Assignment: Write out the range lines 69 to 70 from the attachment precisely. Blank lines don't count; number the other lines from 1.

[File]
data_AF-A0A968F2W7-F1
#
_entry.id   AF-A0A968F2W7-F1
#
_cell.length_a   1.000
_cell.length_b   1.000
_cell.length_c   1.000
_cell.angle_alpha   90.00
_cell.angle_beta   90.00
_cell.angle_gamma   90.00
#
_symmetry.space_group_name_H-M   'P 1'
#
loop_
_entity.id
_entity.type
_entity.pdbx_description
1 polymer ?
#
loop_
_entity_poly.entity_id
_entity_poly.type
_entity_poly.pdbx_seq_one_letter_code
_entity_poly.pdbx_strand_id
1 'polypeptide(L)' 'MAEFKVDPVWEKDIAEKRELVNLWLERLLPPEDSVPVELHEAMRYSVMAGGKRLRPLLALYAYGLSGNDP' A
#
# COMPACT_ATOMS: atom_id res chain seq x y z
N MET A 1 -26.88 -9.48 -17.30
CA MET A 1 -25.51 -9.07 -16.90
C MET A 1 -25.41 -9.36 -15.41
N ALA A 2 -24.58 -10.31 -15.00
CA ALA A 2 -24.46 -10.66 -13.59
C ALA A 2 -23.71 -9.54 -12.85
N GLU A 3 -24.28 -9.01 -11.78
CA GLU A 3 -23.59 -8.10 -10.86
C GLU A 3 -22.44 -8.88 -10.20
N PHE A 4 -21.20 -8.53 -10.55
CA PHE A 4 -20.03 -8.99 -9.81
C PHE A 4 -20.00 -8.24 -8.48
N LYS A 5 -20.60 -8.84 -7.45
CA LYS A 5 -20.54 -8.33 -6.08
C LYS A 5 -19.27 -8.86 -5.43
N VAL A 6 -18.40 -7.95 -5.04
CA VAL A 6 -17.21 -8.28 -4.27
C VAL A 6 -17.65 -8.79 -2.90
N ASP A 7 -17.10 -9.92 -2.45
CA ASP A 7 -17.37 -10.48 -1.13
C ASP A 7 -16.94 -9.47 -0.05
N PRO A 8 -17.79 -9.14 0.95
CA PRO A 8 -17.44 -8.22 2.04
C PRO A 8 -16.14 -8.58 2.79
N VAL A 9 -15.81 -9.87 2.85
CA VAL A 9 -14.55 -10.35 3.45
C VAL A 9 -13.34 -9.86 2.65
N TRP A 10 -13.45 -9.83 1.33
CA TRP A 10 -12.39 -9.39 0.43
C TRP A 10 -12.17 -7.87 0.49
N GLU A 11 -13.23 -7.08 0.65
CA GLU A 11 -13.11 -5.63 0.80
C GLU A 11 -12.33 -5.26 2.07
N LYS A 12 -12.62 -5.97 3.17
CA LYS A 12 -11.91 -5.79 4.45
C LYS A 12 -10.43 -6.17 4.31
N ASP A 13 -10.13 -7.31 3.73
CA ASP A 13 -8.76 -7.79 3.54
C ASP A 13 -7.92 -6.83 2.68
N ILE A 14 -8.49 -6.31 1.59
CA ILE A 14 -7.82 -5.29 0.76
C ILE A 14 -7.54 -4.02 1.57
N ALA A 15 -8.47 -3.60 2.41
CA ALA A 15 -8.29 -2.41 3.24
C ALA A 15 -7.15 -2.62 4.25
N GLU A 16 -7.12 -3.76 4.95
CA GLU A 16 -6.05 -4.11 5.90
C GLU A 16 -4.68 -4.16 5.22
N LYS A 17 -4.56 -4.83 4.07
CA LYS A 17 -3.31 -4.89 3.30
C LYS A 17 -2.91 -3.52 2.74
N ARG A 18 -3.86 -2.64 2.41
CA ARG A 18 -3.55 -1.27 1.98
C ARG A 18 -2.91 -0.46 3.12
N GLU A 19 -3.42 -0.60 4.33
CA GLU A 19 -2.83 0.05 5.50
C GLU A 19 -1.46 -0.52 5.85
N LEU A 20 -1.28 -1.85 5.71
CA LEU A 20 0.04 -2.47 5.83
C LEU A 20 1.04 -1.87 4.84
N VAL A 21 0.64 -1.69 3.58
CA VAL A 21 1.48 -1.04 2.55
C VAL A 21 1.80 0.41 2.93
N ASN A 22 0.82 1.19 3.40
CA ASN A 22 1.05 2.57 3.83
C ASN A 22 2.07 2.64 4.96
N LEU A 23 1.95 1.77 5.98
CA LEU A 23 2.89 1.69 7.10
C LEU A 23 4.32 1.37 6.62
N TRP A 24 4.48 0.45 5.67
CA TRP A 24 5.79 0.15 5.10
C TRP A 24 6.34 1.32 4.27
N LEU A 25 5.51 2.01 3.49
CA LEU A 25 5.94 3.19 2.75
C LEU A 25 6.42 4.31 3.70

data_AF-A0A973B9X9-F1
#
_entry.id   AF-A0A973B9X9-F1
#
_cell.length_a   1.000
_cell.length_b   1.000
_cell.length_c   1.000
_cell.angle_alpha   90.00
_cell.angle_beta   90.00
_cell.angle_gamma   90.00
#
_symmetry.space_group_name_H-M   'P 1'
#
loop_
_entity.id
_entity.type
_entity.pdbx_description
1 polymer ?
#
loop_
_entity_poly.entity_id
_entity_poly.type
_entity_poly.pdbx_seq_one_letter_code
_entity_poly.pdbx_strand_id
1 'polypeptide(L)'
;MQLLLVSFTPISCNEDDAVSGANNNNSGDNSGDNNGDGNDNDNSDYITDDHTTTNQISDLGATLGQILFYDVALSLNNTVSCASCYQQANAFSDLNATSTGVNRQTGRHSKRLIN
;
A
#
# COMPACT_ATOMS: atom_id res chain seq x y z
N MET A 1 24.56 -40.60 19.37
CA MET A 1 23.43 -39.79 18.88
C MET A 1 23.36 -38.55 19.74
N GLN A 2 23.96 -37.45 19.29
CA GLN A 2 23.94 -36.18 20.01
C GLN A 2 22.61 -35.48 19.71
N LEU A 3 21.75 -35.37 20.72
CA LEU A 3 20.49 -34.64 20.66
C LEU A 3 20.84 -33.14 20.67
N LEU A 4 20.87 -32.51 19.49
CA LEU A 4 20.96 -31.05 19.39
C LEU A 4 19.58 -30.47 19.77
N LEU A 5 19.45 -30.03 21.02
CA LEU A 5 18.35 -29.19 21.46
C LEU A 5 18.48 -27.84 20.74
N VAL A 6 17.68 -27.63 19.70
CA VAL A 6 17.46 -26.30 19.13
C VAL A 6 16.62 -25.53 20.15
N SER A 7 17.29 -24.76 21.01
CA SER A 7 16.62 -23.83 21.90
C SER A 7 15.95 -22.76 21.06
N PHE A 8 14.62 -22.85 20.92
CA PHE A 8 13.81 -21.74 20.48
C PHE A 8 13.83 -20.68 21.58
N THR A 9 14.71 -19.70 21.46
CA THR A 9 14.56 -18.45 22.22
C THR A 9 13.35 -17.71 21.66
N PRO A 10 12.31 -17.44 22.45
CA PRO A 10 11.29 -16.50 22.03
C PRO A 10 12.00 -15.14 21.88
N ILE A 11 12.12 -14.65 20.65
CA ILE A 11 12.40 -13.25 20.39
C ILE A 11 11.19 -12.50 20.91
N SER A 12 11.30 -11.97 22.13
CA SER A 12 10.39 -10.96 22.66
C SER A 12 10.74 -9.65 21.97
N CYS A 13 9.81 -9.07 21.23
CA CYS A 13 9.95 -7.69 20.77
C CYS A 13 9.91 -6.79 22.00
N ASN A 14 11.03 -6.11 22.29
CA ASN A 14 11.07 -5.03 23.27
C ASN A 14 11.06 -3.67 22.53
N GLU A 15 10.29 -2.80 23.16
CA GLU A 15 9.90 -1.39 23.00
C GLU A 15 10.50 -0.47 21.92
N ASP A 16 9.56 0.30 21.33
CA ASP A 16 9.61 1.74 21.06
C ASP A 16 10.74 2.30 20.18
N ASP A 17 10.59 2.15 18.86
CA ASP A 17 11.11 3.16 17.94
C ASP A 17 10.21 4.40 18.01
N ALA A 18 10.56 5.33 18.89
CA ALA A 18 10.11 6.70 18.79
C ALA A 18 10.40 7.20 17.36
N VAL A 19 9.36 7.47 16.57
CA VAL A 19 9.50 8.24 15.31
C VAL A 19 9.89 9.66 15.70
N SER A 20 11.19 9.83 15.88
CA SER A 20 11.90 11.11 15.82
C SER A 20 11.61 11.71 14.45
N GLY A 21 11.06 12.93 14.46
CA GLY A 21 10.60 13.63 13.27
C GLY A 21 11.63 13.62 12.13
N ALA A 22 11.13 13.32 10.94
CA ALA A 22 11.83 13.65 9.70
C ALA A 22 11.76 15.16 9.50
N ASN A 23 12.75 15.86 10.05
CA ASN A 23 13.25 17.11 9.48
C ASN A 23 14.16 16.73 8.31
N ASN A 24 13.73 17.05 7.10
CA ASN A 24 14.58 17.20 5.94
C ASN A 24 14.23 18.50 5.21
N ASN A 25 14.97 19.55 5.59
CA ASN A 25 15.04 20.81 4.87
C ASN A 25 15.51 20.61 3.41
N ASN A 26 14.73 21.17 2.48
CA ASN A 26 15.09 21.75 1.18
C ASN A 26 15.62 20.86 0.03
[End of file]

C ILE A 14 -7.54 -4.02 1.57
N ALA A 15 -8.47 -3.60 2.41